Graham Saunders

Colleges, School and Institutes

Research interests

As a ‘dabbler’ my research is focused on a number of areas. Currently, together with colleagues at the Universities of Leeds, Reading and Goldsmith’s College, London in two AHRC research bids. One of these plans to look at the legacies associated with Harold Pinter’s work; the other also look at legacies, this time focused around the British ‘alternative’ / fringe theatre between 1968-1994, and how current performance practice might beneficially make use of these legacies.

I am currently under commission for Palgrave’s Adaptation and Performance series, (edited by Vicky Angelaki, University of Birmingham and Kara Reilly, Exeter University) to write a monograph entitled, Elizabethan and Jacobean Re-appropriation in Contemporary British Drama: Upstart Crows. My next written project will be to complete an article on a little known short play/sketch by the dramatist Joe Orton called ‘Until She Screams’ and its place within the battle against theatre censorship in Britain during the late 1960s.

Since 2009 I was involved in two major AHRC funded projects:

  • 2009 -2014. Principal Investigator on ‘Giving Voice to the Nation’: the Arts Council of Great Britain & the Development of Theatre & Performance in Britain 1945-1995. This five-year project was awarded £763,000 & involved work on the archive of the Arts Council of Great Britain, housed at the Victoria & Albert Museum’s Theatre Collection. The project employed two post-doctoral researchers (based at the V&A) & two PhD students (who received their doctoral awards in 2015). Co-Investigators were Professor John Bull (University of Reading) & Dr Kate Dorney (V&A (now at Manchester University)).
  • 2012-2015. Co-investigator on Beckett in Performance: Approaches to Directing the Plays of Samuel Beckett in the United Kingdom and Ireland (1955 - 2010) was a cross-institutional project (Principal Investigator- Professor Anna McMullan, University of Reading & other Co-Investigator Professor David Pattie at the University of Chester), that made extensive use of existing, but underexploited archives to look at the impact of Beckett’s theatre practice in the UK.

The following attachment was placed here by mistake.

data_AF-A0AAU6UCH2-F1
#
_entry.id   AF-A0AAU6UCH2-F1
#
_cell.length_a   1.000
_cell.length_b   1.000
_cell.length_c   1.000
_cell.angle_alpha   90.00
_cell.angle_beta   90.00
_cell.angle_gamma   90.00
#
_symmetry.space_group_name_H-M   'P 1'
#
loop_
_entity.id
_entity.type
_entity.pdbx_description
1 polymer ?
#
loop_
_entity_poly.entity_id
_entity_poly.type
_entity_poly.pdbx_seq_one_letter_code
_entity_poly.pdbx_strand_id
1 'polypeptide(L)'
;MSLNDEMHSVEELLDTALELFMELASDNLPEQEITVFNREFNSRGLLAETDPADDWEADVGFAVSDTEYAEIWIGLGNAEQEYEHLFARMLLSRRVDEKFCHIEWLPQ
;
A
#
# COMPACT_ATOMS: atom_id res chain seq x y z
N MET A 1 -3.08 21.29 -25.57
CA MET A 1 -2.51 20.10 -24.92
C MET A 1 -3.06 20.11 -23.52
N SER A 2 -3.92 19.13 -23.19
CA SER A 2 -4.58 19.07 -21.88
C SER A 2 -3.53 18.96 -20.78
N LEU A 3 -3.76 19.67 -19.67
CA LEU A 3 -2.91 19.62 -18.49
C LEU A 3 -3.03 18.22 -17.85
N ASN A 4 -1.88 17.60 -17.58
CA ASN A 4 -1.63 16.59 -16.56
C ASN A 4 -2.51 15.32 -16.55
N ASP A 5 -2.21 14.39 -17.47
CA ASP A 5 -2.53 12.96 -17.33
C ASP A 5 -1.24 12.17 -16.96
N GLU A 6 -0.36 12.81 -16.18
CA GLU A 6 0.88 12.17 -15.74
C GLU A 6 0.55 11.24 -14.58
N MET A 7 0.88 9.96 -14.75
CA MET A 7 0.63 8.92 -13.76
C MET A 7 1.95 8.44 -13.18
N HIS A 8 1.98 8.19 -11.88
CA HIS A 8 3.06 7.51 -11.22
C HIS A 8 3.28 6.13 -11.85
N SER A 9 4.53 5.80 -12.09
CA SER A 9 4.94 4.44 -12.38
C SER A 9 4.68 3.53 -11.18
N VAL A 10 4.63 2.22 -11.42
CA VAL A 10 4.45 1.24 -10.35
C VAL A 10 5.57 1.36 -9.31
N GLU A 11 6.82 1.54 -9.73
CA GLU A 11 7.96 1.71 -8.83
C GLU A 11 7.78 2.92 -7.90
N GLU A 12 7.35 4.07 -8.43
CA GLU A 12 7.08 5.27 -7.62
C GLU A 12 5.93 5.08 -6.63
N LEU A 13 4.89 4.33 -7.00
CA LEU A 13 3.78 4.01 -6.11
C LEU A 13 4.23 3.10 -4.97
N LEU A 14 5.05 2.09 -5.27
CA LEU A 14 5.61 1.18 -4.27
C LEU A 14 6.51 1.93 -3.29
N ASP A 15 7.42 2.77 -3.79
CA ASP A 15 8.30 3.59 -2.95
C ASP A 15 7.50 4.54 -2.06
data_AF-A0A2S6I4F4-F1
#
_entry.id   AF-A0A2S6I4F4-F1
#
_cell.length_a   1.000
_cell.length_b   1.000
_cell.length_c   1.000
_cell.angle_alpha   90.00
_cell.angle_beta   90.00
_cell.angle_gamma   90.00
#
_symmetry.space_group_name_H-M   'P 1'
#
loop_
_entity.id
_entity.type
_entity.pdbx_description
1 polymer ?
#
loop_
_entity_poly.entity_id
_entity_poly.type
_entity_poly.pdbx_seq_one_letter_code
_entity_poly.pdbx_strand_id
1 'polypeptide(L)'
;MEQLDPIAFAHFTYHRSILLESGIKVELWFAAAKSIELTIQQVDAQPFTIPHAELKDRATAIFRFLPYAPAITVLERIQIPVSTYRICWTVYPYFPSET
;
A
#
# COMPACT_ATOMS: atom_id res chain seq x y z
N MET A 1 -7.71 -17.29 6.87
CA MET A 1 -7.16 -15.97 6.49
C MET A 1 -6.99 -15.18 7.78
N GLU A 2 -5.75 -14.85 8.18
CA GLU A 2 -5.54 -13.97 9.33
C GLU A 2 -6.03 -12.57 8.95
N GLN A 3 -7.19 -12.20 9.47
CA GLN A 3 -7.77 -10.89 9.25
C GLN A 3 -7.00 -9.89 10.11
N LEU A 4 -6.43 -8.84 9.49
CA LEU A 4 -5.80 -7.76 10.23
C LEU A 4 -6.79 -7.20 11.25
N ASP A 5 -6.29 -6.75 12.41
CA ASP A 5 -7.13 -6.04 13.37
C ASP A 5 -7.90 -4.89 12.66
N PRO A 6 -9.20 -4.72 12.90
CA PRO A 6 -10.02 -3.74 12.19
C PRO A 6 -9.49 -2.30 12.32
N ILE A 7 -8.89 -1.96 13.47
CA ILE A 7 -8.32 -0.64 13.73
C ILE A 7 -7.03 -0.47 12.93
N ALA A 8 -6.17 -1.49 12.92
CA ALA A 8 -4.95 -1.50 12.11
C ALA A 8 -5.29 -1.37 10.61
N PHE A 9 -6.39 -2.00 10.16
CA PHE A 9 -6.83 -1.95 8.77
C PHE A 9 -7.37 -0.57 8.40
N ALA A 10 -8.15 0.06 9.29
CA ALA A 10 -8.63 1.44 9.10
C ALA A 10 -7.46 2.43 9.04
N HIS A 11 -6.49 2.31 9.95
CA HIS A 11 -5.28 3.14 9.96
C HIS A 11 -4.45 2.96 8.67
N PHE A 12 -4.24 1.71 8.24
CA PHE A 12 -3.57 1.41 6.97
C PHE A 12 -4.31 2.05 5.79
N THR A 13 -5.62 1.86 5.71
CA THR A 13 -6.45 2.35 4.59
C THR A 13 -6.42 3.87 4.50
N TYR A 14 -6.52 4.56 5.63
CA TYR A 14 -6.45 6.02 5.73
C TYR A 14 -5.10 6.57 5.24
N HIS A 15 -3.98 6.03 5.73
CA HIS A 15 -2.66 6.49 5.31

Biography

I joined the department in January 2016 after teaching at the University of Reading since 2005 in the department of Film, Theatre and Television. I have also taught at the universities of Coventry, Lancaster and the University of the West of England (UWE).  I also studied at the University of Birmingham as an undergraduate (joint honours English & Drama,1991-4) as well as completing my PhD here in 1997.

I have been a contributor to the section ‘Drama since 1950’ for The Year’s Work in English Studies. Since 2012 I have been an advisory board member for the journals Contemporary Theatre Review and Studies in Theatre & Performance.

Willingness to take PhD students

Yes

PhD projects

I am interested in supervising postgraduate research in any area of British theatre from 1940 to the present and in particular the work of dramatists. Other interests include the work of the Arts Council of Great Britain 1945-1994 and related issues of funding; British alternative / 'fringe' theatre and performance from 1968-1994; Shakespeare and contemporary appropriation of his work; the theatre, television and wireless drama of Samuel Beckett.

I have supervised the following PhD theses:

Kate Katafiasz, 'An investigation into Dramatic Practice in the work of Edward Bond'. Part-time PhD student. Completed 2011.
Tony Coult. 'The Arts Council and Theatre in Education 1945-1994.' PhD student attached to the AHRC funded project 'Giving Voice to the Nation'. Completed 2015

I am currently co-supervising the following postgraduates:

Gary Cassidy. 'The Rehearsal Processes of Playwright Anthony Neilson and the Role of the Actor Within It.' AHRC funded studentship.
Matthew McFrederick. 'A Historiography of Productions of Samuel Beckett’s Drama in London'. AHRC funded PhD student attached to the project Beckett in Performance.
Diem Metin. 'Modern Jacobean Tragedy in Sarah Kane’s Plays.'